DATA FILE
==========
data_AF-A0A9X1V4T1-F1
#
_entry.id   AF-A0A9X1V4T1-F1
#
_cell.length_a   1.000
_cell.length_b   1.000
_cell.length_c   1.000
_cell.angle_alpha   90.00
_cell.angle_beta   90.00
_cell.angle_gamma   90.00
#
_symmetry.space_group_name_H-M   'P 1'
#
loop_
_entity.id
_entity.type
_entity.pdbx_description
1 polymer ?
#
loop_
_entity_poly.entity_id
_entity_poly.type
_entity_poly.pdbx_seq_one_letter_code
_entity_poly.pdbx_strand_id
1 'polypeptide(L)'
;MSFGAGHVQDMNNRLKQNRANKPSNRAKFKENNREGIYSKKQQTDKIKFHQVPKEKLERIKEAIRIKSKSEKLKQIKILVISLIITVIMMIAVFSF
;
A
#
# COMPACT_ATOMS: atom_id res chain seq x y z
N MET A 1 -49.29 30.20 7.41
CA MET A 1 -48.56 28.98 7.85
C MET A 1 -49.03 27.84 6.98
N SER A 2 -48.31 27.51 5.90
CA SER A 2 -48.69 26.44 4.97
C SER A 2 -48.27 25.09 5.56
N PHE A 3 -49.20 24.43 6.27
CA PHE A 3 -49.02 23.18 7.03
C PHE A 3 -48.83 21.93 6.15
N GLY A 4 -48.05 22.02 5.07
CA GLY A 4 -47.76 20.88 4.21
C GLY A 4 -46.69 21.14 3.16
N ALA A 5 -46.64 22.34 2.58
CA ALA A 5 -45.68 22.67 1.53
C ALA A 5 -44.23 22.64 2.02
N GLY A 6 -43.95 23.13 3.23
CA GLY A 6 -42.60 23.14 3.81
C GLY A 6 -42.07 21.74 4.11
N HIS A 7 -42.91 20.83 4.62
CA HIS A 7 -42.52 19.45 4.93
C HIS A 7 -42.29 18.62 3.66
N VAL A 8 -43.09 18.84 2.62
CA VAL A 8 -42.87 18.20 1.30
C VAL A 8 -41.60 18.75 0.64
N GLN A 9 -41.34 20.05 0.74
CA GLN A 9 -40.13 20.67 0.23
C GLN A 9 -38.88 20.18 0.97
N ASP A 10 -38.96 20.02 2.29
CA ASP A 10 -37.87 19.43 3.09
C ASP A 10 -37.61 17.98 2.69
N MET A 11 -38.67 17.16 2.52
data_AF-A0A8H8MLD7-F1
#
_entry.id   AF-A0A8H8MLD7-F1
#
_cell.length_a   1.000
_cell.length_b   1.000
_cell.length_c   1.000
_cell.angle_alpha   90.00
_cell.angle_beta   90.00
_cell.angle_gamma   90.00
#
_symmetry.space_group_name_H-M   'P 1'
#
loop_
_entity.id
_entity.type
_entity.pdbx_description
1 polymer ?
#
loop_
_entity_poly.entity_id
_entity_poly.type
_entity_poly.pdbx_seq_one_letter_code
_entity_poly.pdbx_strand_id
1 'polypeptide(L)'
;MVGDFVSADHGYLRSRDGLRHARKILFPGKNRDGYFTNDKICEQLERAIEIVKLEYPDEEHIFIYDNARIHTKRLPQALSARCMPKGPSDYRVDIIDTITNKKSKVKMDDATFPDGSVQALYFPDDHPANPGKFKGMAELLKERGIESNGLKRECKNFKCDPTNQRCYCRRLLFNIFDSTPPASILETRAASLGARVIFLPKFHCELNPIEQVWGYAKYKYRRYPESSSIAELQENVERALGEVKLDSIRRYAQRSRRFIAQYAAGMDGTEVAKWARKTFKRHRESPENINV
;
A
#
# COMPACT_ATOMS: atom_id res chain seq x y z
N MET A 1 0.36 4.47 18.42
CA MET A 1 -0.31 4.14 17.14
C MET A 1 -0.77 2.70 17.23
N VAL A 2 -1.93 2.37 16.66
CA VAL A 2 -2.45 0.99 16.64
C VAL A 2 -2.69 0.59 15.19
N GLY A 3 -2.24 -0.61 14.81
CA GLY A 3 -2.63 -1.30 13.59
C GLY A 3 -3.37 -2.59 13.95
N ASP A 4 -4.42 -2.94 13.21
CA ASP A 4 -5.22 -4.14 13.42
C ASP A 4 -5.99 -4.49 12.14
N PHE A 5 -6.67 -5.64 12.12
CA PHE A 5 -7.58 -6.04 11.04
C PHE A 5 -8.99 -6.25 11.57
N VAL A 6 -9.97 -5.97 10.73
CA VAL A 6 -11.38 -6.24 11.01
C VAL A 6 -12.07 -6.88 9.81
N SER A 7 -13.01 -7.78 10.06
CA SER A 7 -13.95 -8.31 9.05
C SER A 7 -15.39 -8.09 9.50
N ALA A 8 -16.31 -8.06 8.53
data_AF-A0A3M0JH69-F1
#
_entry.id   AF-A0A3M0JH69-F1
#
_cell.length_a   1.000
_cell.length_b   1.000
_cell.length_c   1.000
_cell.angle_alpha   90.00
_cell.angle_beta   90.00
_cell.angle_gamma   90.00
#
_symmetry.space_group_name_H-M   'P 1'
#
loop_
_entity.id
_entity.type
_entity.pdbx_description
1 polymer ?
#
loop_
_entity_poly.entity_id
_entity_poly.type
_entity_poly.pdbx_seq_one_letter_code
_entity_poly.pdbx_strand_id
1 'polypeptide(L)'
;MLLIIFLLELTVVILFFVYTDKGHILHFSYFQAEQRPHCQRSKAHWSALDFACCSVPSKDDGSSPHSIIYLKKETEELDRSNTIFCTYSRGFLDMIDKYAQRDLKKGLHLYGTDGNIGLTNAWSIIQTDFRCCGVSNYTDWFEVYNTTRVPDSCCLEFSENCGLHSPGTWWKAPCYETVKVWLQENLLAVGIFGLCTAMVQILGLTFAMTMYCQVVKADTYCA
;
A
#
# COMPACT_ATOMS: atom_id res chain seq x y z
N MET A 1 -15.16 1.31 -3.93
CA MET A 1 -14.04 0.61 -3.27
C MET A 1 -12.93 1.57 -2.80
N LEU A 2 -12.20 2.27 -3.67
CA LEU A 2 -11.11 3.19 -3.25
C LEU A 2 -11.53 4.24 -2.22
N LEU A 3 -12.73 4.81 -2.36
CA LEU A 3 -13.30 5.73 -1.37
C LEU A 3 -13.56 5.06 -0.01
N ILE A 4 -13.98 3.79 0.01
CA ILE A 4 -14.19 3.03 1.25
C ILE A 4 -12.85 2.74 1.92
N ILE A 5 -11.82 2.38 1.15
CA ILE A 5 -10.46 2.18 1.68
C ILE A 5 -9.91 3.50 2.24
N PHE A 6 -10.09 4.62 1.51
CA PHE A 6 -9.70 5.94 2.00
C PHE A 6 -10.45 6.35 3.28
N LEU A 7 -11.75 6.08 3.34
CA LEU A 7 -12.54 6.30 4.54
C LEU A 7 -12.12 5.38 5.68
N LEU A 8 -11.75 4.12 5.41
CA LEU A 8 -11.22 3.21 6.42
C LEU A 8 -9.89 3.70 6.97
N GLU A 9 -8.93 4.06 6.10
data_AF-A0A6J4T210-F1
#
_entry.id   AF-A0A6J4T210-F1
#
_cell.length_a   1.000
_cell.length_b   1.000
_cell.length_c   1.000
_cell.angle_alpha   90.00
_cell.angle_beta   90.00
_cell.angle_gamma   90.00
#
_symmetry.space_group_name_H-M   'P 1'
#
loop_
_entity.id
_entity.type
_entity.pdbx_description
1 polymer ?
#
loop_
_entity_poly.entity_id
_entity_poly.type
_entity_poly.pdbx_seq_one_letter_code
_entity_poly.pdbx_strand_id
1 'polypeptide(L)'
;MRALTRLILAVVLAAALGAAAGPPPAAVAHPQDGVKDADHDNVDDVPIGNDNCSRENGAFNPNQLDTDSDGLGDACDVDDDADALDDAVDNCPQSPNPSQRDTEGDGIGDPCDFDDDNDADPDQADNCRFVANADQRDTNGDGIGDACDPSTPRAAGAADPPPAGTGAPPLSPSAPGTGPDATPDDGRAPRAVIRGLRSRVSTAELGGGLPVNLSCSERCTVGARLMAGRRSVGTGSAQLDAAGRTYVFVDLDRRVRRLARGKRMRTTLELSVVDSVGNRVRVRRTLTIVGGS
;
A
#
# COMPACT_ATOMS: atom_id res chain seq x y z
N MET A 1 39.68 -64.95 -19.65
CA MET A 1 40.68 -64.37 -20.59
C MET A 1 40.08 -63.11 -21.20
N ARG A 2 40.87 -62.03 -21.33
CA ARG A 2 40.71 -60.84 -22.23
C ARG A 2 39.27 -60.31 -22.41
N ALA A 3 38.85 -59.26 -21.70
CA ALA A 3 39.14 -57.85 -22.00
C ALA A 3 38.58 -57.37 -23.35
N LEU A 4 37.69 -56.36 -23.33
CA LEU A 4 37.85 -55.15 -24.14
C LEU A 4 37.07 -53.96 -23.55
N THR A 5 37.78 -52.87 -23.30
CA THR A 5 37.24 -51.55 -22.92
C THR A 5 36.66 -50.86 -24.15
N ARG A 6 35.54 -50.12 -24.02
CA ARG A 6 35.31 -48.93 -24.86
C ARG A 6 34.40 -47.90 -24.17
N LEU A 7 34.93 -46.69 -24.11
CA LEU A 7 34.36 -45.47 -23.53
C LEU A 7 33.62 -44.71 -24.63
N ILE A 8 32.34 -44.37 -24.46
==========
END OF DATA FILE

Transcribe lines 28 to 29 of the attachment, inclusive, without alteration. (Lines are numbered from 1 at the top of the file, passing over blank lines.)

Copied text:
A
#